The cast of HBO’s latest controversial series, “The Righteous Gemstones,” had one thing on their minds at Thursday night’s premiere at Paramount Studios — male genitalia. While “Game of Thrones” inspired many a think piece over its so-called “peen problem” (and gratuitous female nudity), no one can accuse this comedy about a sinful televangelical dynasty of shying away from the full monty.
“There’s a d–k in every episode or close to it,” said the show’s executive producer and director, Jody Hill. “I don’t know if you’ll like these d–ks, but they’re in there.”
“He’s not gay-baiting you,” said Edi Patterson, who plays the only female member of the Gemstone clan. Along with her brothers (creator Danny McBride and Adam Devine), she competes for air-time as well as the attention of their less-than-holy father (John Goodman). But despite baptizing 5,000 followers in China, they can’t even save themselves. Their spiritual shortcomings combined with naked ambition frequently result in literal nudity and occasional drug abuse. “Let’s be real: There is an episode that has about six d–ks in it,” boasted Patterson. “This show is not afraid of anything.”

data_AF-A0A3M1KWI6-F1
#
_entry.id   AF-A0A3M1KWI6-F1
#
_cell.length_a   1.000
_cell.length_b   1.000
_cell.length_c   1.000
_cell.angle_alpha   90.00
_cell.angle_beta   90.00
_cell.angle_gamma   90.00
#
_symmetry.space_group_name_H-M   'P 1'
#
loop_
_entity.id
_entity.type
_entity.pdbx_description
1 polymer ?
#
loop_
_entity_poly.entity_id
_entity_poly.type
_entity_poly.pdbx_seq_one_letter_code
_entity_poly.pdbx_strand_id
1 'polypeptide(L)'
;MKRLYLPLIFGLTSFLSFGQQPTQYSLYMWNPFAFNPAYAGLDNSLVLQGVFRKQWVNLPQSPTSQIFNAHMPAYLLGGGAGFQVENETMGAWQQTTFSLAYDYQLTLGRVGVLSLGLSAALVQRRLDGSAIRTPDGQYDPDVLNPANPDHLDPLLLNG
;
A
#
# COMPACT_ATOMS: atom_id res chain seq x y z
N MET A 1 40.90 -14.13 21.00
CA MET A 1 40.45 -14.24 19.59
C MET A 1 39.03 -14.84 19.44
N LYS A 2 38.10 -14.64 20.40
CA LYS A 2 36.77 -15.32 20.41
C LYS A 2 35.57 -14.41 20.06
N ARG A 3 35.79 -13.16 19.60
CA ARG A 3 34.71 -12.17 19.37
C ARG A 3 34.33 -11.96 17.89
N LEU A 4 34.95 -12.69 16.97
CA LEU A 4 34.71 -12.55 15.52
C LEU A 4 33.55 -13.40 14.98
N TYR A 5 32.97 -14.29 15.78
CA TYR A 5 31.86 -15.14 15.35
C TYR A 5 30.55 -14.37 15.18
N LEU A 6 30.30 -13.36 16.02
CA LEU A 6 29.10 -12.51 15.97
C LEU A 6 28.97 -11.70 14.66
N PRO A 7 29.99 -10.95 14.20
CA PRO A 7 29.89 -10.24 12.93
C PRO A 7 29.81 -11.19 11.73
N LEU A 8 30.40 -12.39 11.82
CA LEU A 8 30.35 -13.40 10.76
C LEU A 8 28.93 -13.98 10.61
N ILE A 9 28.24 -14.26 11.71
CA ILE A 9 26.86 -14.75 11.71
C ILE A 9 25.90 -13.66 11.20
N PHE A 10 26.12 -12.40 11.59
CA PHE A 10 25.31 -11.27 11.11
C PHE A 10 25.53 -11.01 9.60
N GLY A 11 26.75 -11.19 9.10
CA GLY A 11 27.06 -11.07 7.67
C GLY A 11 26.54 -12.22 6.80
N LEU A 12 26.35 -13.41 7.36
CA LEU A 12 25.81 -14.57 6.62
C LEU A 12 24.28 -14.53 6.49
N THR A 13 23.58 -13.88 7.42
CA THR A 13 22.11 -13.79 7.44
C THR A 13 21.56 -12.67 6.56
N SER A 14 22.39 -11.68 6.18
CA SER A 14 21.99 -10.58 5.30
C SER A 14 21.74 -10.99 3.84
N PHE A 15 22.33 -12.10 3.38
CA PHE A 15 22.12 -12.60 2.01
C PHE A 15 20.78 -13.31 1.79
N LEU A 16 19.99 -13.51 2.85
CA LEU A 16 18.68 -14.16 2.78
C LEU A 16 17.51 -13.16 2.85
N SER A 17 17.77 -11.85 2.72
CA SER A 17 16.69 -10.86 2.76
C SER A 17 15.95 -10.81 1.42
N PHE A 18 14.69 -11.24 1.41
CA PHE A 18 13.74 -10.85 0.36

Devine doesn’t see anything wrong with packing half a dozen penises into a single episode. “Excessive? I think it’s the right amount,” he said with a wink. “I’m happy it’s making [male nudity] less taboo because women have been naked in movies for decades. And if anything, men’s bodies are a little funnier. “ (According to Tony Cavalero, who plays a reformed Satanist and possible love interest for Devine’s character, the male cast members had ample opportunity to size each other up while shooting for four months in South Carolina: “Everybody drank like crazy and then we all went swimming in our underwear at like 2 a.m.,” Cavalero recalled. “My wife was like, This is what you’ve been doing while you’re here?”)
Actress Nika King, who plays Zendaya’s mother on HBO’s buzzy “Euphoria,” thinks this trend is long overdue, as that series also includes a fair share of male nudity. “When you see men in that capacity, we’re not used to it,” she told Variety. “Usually it’s the woman showing her breasts, showing her body, so why not the men? I can appreciate that.”
McBride is well aware of his competition, as it turns out. “We heard that ‘Euphoria’ had a s–tload of d–ks and so we wanted to keep up with that,” he joked to Variety. But seriously, even he wondered if they had pushed the envelope too far. “There are so many d–ks in this show that at one point we really asked ourselves: ‘Are there too many dicks in the show?’ And it’ll be seen who won that argument.” Echoing Jody Hill’s sentiment, McBride emphasized that there’s nothing sexy about all of the appendages on display. “I don’t know if you’ll like the d–ks that are in the show,” he added. “It’s old man d–ks.”